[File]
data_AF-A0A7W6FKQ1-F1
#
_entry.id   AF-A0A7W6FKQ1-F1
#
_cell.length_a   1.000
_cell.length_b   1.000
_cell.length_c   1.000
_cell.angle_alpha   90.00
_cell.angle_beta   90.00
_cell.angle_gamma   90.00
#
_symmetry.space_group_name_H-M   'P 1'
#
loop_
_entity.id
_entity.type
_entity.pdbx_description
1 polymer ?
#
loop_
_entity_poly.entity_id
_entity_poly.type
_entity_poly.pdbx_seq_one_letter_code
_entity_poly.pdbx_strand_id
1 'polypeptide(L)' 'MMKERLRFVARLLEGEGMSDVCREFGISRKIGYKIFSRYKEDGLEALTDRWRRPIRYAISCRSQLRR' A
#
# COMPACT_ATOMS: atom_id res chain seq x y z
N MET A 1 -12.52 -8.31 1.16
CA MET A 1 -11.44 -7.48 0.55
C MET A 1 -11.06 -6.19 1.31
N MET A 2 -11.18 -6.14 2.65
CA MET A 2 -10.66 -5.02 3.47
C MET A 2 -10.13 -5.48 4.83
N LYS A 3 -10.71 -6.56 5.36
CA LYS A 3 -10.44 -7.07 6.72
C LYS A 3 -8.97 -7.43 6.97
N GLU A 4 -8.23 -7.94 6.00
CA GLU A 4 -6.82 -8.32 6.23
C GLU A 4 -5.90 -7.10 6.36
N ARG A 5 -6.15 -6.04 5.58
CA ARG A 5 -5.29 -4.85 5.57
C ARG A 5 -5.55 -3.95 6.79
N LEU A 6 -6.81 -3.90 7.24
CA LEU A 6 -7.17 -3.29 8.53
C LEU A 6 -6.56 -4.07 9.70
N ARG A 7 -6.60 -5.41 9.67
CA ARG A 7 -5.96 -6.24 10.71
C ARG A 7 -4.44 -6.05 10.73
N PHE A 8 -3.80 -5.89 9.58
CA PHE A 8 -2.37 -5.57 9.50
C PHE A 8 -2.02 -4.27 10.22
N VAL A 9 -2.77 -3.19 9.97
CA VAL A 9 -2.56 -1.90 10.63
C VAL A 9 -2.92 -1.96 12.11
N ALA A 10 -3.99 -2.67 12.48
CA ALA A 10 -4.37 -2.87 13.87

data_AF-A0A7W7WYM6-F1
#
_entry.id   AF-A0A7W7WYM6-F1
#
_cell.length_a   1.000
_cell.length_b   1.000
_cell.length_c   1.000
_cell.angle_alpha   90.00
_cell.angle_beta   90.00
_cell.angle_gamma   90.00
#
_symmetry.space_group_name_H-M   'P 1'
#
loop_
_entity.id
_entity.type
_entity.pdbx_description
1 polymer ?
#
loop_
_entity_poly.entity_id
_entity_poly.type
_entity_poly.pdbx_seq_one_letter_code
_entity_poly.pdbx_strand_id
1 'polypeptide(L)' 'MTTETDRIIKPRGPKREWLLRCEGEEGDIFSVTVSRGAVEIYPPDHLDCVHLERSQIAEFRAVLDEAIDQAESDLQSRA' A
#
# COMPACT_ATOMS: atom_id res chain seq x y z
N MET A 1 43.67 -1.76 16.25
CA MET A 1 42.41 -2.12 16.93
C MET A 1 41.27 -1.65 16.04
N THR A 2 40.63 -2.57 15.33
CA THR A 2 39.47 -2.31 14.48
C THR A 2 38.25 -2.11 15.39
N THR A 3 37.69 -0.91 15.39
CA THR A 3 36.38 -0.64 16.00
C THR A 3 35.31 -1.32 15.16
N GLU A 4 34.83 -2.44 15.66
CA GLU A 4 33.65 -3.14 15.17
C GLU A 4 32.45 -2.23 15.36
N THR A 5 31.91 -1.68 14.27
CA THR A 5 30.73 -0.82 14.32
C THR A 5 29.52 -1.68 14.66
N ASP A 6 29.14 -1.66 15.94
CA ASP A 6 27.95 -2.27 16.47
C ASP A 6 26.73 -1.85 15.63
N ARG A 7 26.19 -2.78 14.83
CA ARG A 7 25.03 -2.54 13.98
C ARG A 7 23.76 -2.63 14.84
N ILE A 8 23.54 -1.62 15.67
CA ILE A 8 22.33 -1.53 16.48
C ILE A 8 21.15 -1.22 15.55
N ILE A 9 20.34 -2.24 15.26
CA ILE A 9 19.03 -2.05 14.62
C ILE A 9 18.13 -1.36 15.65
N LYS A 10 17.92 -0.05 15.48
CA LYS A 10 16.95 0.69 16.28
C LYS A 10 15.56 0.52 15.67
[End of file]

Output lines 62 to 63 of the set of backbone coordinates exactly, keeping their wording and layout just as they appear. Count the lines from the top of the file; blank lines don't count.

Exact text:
_cell.length_b   1.000
_cell.length_c   1.000